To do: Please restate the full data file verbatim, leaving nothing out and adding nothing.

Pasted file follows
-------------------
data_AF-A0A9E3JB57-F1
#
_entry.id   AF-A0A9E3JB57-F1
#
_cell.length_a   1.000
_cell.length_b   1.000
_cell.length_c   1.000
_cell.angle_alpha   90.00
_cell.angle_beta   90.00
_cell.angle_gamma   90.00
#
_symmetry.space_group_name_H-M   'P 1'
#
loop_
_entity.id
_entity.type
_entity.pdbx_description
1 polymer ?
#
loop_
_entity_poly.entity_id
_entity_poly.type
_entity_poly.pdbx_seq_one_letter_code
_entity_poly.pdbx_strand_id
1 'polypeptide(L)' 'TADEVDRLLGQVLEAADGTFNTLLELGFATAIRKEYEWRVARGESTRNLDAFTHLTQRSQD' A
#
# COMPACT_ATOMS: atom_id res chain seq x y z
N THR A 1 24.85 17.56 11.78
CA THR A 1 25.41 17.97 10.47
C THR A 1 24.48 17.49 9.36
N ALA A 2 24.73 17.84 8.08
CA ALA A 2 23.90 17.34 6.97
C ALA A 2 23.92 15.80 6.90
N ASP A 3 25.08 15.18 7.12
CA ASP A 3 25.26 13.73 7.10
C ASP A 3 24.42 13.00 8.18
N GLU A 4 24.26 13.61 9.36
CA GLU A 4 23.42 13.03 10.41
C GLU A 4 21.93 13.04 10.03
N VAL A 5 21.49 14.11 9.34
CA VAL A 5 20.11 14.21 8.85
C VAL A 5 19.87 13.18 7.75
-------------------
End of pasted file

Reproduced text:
data_AF-A0A9E3JB57-F1
#
_entry.id   AF-A0A9E3JB57-F1
#
_cell.length_a   1.000
_cell.length_b   1.000
_cell.length_c   1.000
_cell.angle_alpha   90.00
_cell.angle_beta   90.00
_cell.angle_gamma   90.00
#
_symmetry.space_group_name_H-M   'P 1'
#
loop_
_entity.id
_entity.type
_entity.pdbx_description
1 polymer ?
#
loop_
_entity_poly.entity_id
_entity_poly.type
_entity_poly.pdbx_seq_one_letter_code
_entity_poly.pdbx_strand_id
1 'polypeptide(L)' 'TADEVDRLLGQVLEAADGTFNTLLELGFATAIRKEYEWRVARGESTRNLDAFTHLTQRSQD' A
#
# COMPACT_ATOMS: atom_id res chain seq x y z
N THR A 1 24.85 17.56 11.78
CA THR A 1 25.41 17.97 10.47
C THR A 1 24.48 17.49 9.36
N ALA A 2 24.73 17.84 8.08
CA ALA A 2 23.90 17.34 6.97
C ALA A 2 23.92 15.80 6.90
N ASP A 3 25.08 15.18 7.12
CA ASP A 3 25.26 13.73 7.10
C ASP A 3 24.42 13.00 8.18
N GLU A 4 24.26 13.61 9.36
CA GLU A 4 23.42 13.03 10.41
C GLU A 4 21.93 13.04 10.03
N VAL A 5 21.49 14.11 9.34
CA VAL A 5 20.11 14.21 8.85
C VAL A 5 19.87 13.18 7.75